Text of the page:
Kyoto Is Good for Business

Article excerpt

America's refusal to mend its ways in the face of climate change is foolish in every sense. In the long term, Adair Turner writes, being green pays

When George W Bush rejected the Kyoto accord, he said American jobs were his overriding concern. Many saw this as the triumph of market economics over environmental responsibility. But Bush's economics are confused. Action to curtail [CO.sub.2] emissions does not threaten jobs, and failure to act would be a rejection rather than embrace of market economics.

There is no absolute certainty that global warming is occurring- but there is a very high probability that the world is warming up and that the cause is the big increase in [CO.sub.2] atmospheric concentrations which has occurred since the industrial revolution.

Rapid climate change will cause great economic and social harm. Sometimes the impact could be catastrophic -- low-lying areas flooded by rising sea levels; sometimes simply regrettable - low-level skiing resorts made untenable. But the total cost is likely to be huge. Even on the narrow calculus of economics, the case for taking forceful action to limit climate change is overwhelming.

The required scale of action is also huge. Present emission levels are causing rising atmospheric concentrations. To stabilise concentrations will therefore require total global emissions to be brought below present levels. But the 4.5 billion people of the poor and developing world currently produce emissions that are, per capita, a quarter of those of the one billion rich. Since the only equitable and politically feasible long-term vision would give each country a roughly equal right to emissions per capita, the emissions of the developed world will ultimately have to fall not by the 5-10 per cent agreed in the Kyoto protocol, but by 70 per cent or more.

Cutting emissions by that amount will entail costs. Switching to non-fossil fuels would require us to commit more economic resources to energy-producing sectors. Cutting energy consumption would reduce productivity unless we invest more in capital equipment, higher skills and improved techniques. Both effects will tend marginally to reduce measured prosperity.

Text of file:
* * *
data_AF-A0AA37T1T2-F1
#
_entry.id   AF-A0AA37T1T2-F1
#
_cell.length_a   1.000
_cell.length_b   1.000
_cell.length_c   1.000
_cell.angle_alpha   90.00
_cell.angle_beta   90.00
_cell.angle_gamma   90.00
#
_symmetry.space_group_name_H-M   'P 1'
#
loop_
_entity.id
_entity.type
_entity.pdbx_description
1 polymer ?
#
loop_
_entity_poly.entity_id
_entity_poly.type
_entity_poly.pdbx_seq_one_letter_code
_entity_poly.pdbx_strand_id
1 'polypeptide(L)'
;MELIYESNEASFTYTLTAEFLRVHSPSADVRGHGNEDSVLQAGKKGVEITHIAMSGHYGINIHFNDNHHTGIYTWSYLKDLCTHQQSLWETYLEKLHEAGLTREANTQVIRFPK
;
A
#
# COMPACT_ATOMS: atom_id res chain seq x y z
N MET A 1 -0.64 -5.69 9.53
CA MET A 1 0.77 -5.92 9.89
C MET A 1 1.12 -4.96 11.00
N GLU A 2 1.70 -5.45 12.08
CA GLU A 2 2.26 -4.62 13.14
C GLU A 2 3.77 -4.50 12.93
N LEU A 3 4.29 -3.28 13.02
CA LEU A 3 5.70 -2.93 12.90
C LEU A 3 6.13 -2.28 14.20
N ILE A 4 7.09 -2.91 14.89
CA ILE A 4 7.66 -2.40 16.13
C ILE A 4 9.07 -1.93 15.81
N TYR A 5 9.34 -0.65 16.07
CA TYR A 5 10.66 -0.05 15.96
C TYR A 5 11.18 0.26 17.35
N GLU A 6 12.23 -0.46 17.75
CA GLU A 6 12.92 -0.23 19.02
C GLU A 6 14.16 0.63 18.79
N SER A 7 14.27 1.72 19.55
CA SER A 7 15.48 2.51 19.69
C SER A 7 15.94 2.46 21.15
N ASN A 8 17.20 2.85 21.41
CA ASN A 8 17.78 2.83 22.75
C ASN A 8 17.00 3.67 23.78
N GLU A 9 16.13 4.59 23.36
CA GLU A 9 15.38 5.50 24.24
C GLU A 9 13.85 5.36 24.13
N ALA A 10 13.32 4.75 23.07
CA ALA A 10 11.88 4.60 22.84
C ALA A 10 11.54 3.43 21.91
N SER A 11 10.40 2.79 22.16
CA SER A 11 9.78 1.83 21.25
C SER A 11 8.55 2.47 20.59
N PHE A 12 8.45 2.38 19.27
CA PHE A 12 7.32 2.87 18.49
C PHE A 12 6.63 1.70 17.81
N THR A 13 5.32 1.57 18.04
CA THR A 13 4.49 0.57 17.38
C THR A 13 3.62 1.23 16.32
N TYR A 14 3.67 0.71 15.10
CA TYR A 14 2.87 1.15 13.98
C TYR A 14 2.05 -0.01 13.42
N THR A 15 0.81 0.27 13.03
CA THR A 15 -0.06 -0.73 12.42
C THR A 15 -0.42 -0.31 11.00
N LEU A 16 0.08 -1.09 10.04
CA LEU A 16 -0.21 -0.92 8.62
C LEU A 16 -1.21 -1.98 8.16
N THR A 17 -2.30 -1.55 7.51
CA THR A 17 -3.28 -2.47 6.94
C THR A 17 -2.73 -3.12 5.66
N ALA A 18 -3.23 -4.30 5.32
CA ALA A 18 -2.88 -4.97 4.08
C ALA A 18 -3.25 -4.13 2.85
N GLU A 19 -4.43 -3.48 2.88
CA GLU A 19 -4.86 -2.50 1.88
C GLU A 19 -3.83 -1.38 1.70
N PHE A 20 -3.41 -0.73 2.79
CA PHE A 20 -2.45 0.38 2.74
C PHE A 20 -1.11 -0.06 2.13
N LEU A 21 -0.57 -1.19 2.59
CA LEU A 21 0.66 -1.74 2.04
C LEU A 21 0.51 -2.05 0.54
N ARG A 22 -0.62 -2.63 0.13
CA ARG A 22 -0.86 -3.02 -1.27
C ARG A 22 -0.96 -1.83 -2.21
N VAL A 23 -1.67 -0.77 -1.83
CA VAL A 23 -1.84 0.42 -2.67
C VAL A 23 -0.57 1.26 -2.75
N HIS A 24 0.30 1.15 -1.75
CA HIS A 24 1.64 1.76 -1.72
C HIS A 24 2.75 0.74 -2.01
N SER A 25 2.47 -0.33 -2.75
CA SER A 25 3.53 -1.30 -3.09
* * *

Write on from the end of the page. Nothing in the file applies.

These prosperity costs will be manageable, however, because we enjoy two great advantages -- time and the power of market economics. We don't need to cut immediately, but steadily and at an increasing pace over 50 to 100 years; and the price mechanism is a powerful tool for achieving that adjustment at minimal cost.

The market-friendly policy, indeed, is not to reject Kyoto, but for governments to ensure a high and rising price of fossil fuels through the imposition of high and rising taxes. This would bring forward and smooth the rise in energy cost that would otherwise occur later and in a more disruptive step-change fashion. It would ensure that prices reflect the true costs that fossil fuel use imposes on the economy; and it would unleash the myriad adjustments that would enable us to cut emissions at only a small cost to growth. A petrol price rise produces only a small immediate cut in journeys made, but over the long term it influences whether people buy fuel-efficient cars, whether car manufacturers make fuel efficiency a priority in product development, whether their suppliers research new lightweight materials, and how intensely distribution companies focus on fuel costs in decisions on warehouse location. Price-elasticity estimates suggest that a petrol price rise of 10 per cent produces in the short term onl y a 1 per cent fall in miles travelled, but over the long run a 10 per cent or greater fall in petrol consumed. The more and the earlier we use market instruments -- tax in particular -- to stimulate action, the lower will be the total cost of adjustment.

Costs can therefore be made manageable. Studies by Cambridge Econometrics show that the cost of a 17 per cent reduction in Britain's [CO. …